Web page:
We also evaluate the value of optical microscopy experiments (and corresponding image analysis) in our quantification by considering a case in which a constant density scaling factor is employed – i.e., ϕR(rb) = 1 for all samples (Sect. S3 Fig. S6a), which results in a shift of the points along the abscissa for each experiment compared to Fig. 5b. The correlation with absorbance remains almost the same (R2 of 0.96 and 0.95) for 1110 and 1410 cm−1, respectively. The estimated slope also remains statistically indifferent at 1.3 × 104 cm−1 (95 % CI between 1.14 × 104 and 1.51 × 104 cm−1) for the peak near 1110 and 5.9 × 103 cm−1 (95 % CI between 4.95 × 103 and 6.84 × 103 cm−1) for the peak near 1410 cm−1. The results of the analysis are effectively the same regardless of whether image analysis is incorporated because ϕR(rb) was effectively close to unity (Sect. S3 Fig. S7b).
Finally, we estimate a limit of qualification (LOQ) of = 0.012 µg cm−2 for ammonium sulfate based on the threshold at which the absorption at 1410 cm−1 is 10-fold greater than root mean square of noise (Sect. S6). This threshold is at least an order of magnitude lower than for PTFE filters based on reported accounts for other substances or peaks (Russell et al., 2009; Debus et al., 2022), which is an expected result due to low substrate interferences and baseline uncertainties. For our current ESP device operating at a flow rate of 2.1 L min−1 with overall efficiency of 0.64 (for charger and collector), this LOQ translates into a required average airborne concentration threshold of 1.5 µg m−3 of ammonium sulfate over a sampling time of 30 min. PTFE sampling can potentially achieve similar time resolutions for quantification of airborne concentrations due to higher particle collection efficiency and flow rate (at the cost of a greater pressure drop) than our ESP, which is limited by the applicable voltage to maintain the strength of electrostatic forces that facilitate particle deposition. However, greater sensitivity to deposited mass on the optical crystal through ESP collection may confer benefits when the flow rate or total sampled volume is limited, such as in cases of co-sampling from manifolds, environmental chambers, flow reactors, or denuders. Furthermore, the lower pressure drop and face velocity in the ESP are expected to reduce evaporation artifacts from semivolatile substances reported for filter sampling (McDow and Huntzicker, 1990; Zhang and McMurry, 1991).
This work demonstrates the possibility of using a 3D-printed radial ESP for quantitative IR spectroscopy with minimal optical interferences. Rapid prototyping to achieve the presented design was achieved through numerical simulations and 3D printing with ABS. To enable 3D printing of parts for a flow system, the number of joints was minimized by printing with a 45∘ rotation to allow fabrication of parts with overhangs, and a small amount of acetone was used for press-sealing surfaces after printing. Polydisperse ammonium sulfate particles were atomized from solution and studied over 11 experiments with varying particle loading. The collection area and spatial distribution of particles on the crystal were analyzed using optical image analysis and IR absorbance measured across variable aperture sizes. The mass distribution was estimated to be semi-uniform due to the variation in electrode distances and electric field strengths within the collector. We observed the IR absorbance at and peaks at ∼ 1410 and ∼ 1110 cm−1 to scale linearly (R2 > 0.94) with particle loading over 2 orders of magnitude, with an estimated limit of quantification of 61 ng of collected mass, corresponding to an average airborne concentration of 1.5 µg m−3 for a 30 min sampling interval. The peak positions and peak heights of the extinction spectra were within the variability of previous studies using particles suspended in an inert gas, and particle–substrate effects were not discernable. While particle extinction should follow the electrostatic approximation for small, separated particles (for areal mass densities < 3 µg cm−2 and size <1 µm in this work), we find that modeling the particle deposits formed in this work as a homogeneous medium of equivalent mass also provided a reasonable prediction of the apparent absorbance. The advances presented in this work permit higher sensitivity and chemical resolution for aerosol measurement and encourage (1) further investigation of this design and analysis strategy for collector design, as well as (2) use of such a device in studies of aerosol composition for various applications.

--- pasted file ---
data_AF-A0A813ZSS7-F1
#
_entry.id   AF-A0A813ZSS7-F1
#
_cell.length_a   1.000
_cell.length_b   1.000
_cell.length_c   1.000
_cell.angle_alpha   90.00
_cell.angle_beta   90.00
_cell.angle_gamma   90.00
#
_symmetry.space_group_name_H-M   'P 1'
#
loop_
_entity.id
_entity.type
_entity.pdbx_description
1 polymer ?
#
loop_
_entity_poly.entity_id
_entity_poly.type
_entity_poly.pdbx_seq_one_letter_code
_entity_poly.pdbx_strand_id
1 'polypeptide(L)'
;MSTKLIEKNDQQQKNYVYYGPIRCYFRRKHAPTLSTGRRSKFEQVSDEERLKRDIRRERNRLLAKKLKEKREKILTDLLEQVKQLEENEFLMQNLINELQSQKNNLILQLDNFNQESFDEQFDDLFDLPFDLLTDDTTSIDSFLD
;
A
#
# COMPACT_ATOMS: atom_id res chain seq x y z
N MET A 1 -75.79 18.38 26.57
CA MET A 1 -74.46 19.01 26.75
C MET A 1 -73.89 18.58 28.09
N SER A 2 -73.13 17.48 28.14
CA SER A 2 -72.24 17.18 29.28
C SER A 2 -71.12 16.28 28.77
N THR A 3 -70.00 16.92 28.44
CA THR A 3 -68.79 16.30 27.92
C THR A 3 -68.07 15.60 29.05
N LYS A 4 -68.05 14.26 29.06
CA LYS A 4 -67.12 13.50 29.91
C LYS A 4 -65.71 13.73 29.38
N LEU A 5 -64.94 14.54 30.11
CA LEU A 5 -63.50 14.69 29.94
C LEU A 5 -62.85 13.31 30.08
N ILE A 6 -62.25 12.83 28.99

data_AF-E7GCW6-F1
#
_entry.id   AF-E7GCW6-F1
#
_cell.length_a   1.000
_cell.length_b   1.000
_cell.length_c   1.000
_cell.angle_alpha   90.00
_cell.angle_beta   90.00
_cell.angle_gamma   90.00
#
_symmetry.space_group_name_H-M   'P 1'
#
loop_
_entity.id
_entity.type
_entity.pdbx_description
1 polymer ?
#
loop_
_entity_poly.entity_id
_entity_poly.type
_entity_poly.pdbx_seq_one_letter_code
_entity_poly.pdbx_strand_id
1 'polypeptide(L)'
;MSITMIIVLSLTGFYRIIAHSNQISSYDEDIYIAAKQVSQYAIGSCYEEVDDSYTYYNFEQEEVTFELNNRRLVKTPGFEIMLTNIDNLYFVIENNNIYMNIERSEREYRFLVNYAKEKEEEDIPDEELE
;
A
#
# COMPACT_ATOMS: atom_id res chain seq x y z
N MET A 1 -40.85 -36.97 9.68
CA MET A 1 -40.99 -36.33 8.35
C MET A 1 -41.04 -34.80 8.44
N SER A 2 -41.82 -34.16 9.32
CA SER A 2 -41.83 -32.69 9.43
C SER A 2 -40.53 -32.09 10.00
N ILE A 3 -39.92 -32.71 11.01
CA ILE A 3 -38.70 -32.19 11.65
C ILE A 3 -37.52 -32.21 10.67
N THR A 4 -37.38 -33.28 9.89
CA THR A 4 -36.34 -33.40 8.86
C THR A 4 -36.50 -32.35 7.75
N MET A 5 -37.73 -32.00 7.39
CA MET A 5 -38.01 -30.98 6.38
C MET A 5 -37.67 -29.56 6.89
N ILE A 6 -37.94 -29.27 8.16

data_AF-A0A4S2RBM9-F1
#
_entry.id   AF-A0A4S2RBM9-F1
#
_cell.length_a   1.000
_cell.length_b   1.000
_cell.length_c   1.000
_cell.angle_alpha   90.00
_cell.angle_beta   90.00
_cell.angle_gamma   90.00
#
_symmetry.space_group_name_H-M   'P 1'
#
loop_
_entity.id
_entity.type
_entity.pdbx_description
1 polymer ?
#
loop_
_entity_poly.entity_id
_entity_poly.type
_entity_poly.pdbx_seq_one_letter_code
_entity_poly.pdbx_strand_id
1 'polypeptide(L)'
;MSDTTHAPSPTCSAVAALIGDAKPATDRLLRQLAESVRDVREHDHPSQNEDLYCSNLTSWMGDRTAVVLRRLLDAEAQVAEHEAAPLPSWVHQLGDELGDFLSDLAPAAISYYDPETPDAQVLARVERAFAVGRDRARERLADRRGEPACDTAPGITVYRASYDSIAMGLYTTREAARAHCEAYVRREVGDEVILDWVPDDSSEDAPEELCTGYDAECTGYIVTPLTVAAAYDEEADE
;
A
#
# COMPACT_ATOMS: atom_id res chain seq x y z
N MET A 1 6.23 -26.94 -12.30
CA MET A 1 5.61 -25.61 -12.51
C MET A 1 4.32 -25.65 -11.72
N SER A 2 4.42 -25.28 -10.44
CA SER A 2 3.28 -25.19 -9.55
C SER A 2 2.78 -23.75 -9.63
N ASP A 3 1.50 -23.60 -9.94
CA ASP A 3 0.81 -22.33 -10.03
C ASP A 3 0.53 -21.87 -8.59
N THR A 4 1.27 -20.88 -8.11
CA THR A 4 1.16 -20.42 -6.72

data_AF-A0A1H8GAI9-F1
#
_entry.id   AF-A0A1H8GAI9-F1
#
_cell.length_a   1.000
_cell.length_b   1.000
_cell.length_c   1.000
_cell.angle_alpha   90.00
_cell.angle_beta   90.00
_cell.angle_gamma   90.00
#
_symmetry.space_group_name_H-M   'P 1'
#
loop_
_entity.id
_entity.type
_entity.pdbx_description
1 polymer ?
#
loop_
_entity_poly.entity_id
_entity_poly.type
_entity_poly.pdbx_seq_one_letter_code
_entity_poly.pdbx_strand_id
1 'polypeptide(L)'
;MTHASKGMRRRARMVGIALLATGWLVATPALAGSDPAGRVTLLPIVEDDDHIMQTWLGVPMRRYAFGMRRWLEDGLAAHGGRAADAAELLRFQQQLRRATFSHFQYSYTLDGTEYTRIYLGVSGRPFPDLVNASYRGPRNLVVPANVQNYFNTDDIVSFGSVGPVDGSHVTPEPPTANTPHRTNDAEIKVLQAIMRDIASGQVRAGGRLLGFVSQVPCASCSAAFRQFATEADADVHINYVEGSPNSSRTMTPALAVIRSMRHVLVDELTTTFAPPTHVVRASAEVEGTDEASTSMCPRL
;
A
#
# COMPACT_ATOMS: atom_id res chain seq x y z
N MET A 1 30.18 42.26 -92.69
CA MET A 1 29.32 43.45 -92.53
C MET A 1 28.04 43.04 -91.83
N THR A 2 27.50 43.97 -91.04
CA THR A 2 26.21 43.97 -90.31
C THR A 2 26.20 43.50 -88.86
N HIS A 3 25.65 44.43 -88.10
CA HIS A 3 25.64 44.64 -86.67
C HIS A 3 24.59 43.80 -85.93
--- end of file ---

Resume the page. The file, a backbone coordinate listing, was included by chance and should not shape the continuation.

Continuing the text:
Relevant code and data for this paper can be found at https://doi.org/10.5281/zenodo.7005320 (Dudani and Takahama, 2022).
The supplement related to this article is available online at: https://doi.org/10.5194/amt-15-4693-2022-supplement.